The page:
Smarter Decisions,
Better Care

UpToDate synthesizes the most recent medical information into evidence-based practical recommendations clinicians trust to make the right point-of-care decisions.

  • Rigorous editorial process: Evidence-based treatment recommendations
  • World-Renowned physician authors: over 5,100 physician authors and editors around the globe
  • Innovative technology: integrates into the workflow; access from EMRs

Choose from the list below to learn more about subscriptions for a:


Subscribers log in here


Approach to the patient with sensory loss

INTRODUCTION

Sensory loss may be due to disorders of the central or peripheral nervous system. As in most of neurology, the initial goal when confronted with a patient with sensory loss is localization of the lesion using information from the history and physical examination. This narrows the differential diagnosis and directs further investigations. Localization requires an understanding of the anatomy of the sensory system.

ANATOMY OF THE SENSORY SYSTEM

Perception of a somatic sensation depends on detection of a stimulus by specialized receptors in the skin, muscle, or joints. Information from these receptors is then transmitted via peripheral nerves to the central nervous system. With the exception of the mesencephalic nucleus, whose projections carry proprioceptive information from the muscles of mastication [1], the cell bodies of the primary sensory neurons that constitute the peripheral nerves reside in ganglia outside of the central nervous system. Projections from these ganglia then enter the central nervous system to synapse with second order neurons.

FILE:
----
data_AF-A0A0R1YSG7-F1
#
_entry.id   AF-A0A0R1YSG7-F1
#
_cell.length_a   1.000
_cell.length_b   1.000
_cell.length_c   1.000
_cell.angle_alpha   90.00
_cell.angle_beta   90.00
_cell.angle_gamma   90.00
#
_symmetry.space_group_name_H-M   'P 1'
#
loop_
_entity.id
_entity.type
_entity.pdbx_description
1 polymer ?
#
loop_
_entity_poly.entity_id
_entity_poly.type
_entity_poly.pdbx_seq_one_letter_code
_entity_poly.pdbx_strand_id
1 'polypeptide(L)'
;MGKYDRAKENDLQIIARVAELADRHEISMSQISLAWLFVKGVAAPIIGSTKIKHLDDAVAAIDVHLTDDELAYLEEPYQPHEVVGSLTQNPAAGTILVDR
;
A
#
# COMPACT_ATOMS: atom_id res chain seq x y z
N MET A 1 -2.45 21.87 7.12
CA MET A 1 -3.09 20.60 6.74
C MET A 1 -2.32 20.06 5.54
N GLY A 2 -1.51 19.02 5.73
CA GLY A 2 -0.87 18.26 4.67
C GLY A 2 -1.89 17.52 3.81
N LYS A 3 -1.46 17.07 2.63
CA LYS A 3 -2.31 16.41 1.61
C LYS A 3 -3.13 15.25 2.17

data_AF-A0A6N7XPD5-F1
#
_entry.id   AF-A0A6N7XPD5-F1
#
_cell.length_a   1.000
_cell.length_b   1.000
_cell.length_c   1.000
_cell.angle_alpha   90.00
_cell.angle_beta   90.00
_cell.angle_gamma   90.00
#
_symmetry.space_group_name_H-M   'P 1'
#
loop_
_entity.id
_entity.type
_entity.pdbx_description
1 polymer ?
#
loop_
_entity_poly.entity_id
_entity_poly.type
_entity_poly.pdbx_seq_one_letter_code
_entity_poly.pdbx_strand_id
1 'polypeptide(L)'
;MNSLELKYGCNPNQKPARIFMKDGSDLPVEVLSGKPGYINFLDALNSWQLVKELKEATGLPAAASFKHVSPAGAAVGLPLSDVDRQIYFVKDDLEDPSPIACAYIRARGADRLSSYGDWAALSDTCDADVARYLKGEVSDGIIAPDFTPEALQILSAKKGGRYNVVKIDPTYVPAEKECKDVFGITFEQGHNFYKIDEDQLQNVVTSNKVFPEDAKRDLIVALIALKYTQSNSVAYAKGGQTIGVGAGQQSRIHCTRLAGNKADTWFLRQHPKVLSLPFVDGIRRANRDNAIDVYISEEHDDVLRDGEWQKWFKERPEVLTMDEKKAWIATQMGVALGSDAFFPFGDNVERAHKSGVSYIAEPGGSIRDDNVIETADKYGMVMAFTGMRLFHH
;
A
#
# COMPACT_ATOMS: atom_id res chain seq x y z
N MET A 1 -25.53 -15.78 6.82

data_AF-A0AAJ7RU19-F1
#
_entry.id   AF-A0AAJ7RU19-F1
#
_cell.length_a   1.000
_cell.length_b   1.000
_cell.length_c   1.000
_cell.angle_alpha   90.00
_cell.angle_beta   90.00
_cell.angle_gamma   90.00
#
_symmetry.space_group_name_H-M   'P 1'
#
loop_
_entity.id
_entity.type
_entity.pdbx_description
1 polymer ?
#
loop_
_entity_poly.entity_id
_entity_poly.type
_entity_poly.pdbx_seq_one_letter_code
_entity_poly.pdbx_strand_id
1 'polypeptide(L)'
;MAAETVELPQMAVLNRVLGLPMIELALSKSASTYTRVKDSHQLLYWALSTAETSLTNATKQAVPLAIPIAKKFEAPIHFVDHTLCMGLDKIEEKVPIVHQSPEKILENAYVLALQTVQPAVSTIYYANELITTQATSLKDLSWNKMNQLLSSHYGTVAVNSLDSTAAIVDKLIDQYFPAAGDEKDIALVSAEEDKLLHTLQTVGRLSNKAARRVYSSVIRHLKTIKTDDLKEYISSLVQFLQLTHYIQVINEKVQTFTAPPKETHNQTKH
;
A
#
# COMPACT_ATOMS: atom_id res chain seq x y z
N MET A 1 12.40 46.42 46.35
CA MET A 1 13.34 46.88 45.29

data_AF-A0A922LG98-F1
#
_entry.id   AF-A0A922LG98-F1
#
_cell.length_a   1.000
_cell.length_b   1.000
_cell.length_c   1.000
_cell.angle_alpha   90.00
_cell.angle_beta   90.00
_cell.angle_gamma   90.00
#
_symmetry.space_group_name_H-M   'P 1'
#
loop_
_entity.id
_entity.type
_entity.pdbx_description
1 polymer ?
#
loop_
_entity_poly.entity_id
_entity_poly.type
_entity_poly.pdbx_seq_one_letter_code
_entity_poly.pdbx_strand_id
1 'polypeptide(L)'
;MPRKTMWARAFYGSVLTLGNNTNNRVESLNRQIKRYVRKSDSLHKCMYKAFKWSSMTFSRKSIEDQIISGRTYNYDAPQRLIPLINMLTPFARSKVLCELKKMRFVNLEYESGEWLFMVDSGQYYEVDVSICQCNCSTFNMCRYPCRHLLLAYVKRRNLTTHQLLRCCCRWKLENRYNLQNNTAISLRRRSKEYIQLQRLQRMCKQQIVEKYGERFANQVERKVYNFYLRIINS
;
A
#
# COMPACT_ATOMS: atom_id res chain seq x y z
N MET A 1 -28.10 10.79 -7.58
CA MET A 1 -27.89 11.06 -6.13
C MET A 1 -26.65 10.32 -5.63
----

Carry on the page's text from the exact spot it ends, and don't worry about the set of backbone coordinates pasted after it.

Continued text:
The peripheral nerves are made up of large myelinated fibers that transmit proprioceptive, vibratory, pressure, and touch stimuli, and small, relatively unmyelinated fibers that transmit pain, temperature, and touch stimuli. (Note that touch is transmitted by both large and small fibers.) Projections from the cell bodies receiving pain, temperature, and touch stimuli enter the spinal cord via the dorsal nerve root. These fibers terminate in the dorsal horns, fanning out over several segments [2]. They synapse with the second order neurons in the dorsal horns. These neurons then cross the midline of the cord in the anterior commissure in front of the central canal, and these second order neurons ascend (now on the opposite side of the spinal cord to the peripheral nerve) in either the anterior spinothalamic tract (touch) or the lateral spinothalamic tract (pain and temperature) to the ventral posterolateral nucleus of the thalamus. Here, they synapse with neurons which ascend to the primary sensory cortex in the parietal lobe (figure 1).